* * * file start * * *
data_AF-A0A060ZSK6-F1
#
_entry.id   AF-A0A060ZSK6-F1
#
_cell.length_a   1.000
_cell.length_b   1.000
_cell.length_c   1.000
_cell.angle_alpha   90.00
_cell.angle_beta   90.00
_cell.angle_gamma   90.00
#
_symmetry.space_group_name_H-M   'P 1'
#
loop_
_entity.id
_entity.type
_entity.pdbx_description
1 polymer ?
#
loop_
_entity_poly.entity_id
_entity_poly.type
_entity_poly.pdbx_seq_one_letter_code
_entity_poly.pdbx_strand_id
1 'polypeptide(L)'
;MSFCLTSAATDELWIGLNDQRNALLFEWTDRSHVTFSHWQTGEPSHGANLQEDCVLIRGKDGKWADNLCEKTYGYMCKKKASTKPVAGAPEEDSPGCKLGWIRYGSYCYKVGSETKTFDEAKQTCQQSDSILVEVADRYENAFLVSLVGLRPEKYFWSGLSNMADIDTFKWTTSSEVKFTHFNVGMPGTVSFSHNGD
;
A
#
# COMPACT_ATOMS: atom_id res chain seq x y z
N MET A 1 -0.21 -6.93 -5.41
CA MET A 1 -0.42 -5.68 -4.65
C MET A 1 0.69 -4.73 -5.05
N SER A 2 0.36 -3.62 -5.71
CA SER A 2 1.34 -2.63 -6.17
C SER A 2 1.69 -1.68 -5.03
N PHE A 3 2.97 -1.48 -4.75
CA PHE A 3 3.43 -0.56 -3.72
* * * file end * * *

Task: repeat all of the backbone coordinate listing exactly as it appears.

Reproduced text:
data_AF-A0A060ZSK6-F1
#
_entry.id   AF-A0A060ZSK6-F1
#
_cell.length_a   1.000
_cell.length_b   1.000
_cell.length_c   1.000
_cell.angle_alpha   90.00
_cell.angle_beta   90.00
_cell.angle_gamma   90.00
#
_symmetry.space_group_name_H-M   'P 1'
#
loop_
_entity.id
_entity.type
_entity.pdbx_description
1 polymer ?
#
loop_
_entity_poly.entity_id
_entity_poly.type
_entity_poly.pdbx_seq_one_letter_code
_entity_poly.pdbx_strand_id
1 'polypeptide(L)'
;MSFCLTSAATDELWIGLNDQRNALLFEWTDRSHVTFSHWQTGEPSHGANLQEDCVLIRGKDGKWADNLCEKTYGYMCKKKASTKPVAGAPEEDSPGCKLGWIRYGSYCYKVGSETKTFDEAKQTCQQSDSILVEVADRYENAFLVSLVGLRPEKYFWSGLSNMADIDTFKWTTSSEVKFTHFNVGMPGTVSFSHNGD
;
A
#
# COMPACT_ATOMS: atom_id res chain seq x y z
N MET A 1 -0.21 -6.93 -5.41
CA MET A 1 -0.42 -5.68 -4.65
C MET A 1 0.69 -4.73 -5.05
N SER A 2 0.36 -3.62 -5.71
CA SER A 2 1.34 -2.63 -6.17
C SER A 2 1.69 -1.68 -5.03
N PHE A 3 2.97 -1.48 -4.75
CA PHE A 3 3.43 -0.56 -3.72